Vauclair, Lavallée, Buchholz (ad hoc)
Appeal from a judgment of the Superior Court dismissing an application for emancipation. Dismissed.
The appellant was 13 years and 10 months old when he presented an application for full emancipation. During his testimony, he said that he was ready to take on greater responsibility and that he trusted his parents, stating that full emancipation would allow him to own immovables in his own name. His mother and father both declared that they wanted their son to learn about the world of business and develop his sense of responsibility.
The appellant argues the trial judge erred in law by setting the minimum age for full emancipation of a minor at 16 years old. The appellant claims the judge failed to analyze the serious reason for his application.
There is no need to determine the issue of the minimum age to apply for full emancipation because the judge continued his analysis and held that full emancipation was neither necessary nor desirable in the child’s interests. In the judge’s view, there was no serious reason to justify declaring the appellant fully emancipated. It is basically a question of fact that falls to the assessment of the Court. The judge’s conclusion was based on the evidence, i.e., the testimony of the parents and the appellant.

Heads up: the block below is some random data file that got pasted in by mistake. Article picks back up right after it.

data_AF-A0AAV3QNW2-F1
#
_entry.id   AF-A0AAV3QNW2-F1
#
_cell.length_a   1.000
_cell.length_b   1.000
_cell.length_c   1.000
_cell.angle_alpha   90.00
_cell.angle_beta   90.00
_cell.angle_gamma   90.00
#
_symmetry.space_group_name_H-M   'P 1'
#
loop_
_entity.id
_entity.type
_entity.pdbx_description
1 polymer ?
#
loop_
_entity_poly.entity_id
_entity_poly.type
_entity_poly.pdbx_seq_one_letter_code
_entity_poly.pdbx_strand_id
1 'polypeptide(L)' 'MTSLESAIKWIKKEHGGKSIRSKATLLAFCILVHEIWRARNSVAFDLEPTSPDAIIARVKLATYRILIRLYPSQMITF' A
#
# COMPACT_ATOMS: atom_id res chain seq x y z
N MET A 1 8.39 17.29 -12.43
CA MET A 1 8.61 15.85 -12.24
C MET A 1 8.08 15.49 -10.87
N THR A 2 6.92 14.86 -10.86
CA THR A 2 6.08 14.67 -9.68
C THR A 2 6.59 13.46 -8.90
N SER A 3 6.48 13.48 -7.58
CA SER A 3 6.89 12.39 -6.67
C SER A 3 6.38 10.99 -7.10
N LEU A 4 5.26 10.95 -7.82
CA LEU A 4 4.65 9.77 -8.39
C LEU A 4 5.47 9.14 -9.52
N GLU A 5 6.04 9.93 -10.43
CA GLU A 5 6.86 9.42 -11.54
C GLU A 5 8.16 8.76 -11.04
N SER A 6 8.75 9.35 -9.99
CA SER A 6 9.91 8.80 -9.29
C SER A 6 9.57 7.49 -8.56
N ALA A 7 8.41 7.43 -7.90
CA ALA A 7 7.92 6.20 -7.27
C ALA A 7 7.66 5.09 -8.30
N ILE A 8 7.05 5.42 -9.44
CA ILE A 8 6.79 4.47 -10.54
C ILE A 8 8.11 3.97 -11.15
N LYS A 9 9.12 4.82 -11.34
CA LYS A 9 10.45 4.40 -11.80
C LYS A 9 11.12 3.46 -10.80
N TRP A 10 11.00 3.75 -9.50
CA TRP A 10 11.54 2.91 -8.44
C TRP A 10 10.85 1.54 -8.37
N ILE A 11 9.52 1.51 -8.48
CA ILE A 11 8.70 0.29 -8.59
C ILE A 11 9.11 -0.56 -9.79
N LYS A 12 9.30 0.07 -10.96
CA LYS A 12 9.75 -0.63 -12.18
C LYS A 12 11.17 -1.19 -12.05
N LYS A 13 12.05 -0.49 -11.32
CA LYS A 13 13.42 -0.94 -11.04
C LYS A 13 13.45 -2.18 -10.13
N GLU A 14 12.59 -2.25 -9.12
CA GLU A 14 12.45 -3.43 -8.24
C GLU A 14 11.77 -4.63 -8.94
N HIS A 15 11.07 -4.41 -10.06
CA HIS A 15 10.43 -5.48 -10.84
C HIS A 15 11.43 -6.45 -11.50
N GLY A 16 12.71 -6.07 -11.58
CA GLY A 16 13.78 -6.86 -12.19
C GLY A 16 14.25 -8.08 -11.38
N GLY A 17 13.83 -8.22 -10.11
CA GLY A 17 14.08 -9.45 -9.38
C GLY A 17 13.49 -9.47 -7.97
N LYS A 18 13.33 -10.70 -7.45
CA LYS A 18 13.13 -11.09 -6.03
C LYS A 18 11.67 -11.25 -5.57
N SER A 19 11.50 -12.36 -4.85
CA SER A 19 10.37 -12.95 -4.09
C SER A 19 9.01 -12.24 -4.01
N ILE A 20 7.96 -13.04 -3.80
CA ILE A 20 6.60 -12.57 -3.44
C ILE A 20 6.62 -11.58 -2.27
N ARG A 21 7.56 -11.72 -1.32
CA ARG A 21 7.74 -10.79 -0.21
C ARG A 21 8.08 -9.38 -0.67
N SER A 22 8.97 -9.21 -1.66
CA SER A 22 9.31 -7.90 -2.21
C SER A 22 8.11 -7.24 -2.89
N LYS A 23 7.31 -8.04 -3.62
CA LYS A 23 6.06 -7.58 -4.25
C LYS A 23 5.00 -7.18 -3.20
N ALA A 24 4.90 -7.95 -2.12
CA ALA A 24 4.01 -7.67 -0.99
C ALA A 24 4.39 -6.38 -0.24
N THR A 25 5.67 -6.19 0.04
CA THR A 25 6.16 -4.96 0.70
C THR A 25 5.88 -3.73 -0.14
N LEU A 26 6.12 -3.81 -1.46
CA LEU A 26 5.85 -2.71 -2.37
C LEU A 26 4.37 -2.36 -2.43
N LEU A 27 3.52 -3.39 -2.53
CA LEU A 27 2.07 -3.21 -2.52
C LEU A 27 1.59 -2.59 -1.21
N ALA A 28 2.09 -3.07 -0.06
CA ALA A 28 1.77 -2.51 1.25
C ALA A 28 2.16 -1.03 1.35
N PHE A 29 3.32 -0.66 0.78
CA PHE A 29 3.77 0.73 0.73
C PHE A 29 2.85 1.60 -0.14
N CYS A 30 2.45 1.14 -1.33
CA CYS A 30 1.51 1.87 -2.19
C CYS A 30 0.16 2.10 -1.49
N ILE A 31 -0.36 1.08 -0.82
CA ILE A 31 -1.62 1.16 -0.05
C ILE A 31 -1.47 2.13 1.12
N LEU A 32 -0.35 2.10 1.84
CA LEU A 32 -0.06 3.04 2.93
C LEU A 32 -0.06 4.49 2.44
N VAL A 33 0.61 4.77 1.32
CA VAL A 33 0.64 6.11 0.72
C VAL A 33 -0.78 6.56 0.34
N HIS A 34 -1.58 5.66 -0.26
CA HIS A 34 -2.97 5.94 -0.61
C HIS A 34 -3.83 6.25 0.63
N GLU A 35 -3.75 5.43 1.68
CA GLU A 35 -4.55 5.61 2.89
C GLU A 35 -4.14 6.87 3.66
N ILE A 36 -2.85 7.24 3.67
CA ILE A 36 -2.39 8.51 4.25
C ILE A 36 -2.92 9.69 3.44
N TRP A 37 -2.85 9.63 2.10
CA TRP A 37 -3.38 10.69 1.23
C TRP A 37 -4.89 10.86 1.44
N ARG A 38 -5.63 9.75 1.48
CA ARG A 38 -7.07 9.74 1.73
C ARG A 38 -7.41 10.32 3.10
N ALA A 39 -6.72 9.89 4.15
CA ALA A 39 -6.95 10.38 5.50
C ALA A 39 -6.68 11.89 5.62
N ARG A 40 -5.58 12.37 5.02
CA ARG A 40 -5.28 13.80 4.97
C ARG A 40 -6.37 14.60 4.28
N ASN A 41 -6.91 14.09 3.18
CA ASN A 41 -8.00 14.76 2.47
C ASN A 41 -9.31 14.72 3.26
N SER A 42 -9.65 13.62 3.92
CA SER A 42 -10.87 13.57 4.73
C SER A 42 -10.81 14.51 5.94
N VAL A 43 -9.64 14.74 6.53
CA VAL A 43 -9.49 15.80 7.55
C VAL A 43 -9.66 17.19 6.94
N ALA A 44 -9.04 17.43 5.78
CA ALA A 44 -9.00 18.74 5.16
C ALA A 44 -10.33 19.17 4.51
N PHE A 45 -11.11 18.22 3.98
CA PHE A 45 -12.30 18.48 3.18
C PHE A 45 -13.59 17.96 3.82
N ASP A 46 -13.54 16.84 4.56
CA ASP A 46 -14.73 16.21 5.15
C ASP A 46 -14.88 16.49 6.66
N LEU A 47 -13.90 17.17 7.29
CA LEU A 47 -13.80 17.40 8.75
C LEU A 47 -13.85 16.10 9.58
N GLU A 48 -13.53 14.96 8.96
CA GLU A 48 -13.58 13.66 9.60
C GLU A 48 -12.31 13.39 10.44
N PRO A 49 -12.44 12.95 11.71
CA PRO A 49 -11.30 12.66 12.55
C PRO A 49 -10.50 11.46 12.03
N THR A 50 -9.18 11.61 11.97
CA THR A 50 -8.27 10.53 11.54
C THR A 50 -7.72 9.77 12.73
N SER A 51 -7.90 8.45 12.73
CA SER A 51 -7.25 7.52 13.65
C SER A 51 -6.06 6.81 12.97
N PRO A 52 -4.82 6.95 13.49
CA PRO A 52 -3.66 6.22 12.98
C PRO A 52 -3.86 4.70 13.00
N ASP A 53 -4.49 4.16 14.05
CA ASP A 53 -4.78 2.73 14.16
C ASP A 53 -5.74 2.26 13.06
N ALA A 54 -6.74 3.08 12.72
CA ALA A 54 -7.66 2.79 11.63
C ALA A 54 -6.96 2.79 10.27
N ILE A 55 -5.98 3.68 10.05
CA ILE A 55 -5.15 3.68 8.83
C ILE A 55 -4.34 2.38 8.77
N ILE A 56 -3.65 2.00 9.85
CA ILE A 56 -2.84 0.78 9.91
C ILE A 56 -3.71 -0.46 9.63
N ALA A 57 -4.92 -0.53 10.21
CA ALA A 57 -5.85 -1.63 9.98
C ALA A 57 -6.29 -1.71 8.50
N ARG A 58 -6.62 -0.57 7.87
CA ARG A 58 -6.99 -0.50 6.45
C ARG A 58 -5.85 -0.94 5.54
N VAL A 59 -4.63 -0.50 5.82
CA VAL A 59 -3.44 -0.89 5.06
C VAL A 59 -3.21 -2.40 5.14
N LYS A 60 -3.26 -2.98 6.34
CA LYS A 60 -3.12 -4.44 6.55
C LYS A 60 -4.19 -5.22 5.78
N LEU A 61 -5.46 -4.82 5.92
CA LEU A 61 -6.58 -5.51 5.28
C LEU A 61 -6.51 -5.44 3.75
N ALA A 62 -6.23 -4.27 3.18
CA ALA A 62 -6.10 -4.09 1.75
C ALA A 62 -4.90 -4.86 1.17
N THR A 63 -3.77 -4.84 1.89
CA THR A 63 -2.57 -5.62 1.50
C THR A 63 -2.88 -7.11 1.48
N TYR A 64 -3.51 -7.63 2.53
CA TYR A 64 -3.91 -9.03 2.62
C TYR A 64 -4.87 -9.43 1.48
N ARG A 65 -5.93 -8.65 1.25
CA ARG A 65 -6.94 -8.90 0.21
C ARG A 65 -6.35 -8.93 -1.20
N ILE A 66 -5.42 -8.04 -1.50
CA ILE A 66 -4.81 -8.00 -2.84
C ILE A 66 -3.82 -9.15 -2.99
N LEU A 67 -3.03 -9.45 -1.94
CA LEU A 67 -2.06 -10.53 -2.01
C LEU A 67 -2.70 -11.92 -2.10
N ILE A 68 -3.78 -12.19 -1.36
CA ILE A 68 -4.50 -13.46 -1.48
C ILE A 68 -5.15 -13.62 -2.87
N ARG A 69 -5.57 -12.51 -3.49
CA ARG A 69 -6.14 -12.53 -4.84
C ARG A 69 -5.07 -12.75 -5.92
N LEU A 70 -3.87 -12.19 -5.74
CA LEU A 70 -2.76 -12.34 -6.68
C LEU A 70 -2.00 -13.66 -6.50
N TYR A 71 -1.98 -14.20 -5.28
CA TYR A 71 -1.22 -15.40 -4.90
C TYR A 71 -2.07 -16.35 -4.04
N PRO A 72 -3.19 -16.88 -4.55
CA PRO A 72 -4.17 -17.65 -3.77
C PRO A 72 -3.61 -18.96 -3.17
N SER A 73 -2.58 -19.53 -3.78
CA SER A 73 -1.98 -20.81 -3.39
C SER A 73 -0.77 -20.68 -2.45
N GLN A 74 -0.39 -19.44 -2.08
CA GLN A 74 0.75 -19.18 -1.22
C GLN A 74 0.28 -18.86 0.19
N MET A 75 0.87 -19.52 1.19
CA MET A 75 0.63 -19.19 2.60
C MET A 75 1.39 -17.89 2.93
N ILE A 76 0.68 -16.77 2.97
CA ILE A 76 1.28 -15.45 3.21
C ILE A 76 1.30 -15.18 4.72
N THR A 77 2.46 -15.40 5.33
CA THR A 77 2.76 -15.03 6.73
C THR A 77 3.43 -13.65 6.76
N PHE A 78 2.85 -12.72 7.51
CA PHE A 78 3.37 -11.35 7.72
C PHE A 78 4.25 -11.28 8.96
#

Article 175 of the Civil Code of Québec (S.Q. 1991, c. 64) does not define “serious reason”. Each case turns on its own facts, but emancipation is generally considered to address a pressing and substantial difficulty when the minor displays a certain maturity. This is because upon full emancipation, the minor loses the legal protections granted to a child. Full emancipation is therefore an exceptional measure, and the burden of proof is high.
In this case, the judge asked several times during the hearing of the application whether there was a serious reason and the father gave evasive answers. The judge’s conclusion therefore contains no reviewable error.
Text of the decision: http://citoyens.soquij.qc.ca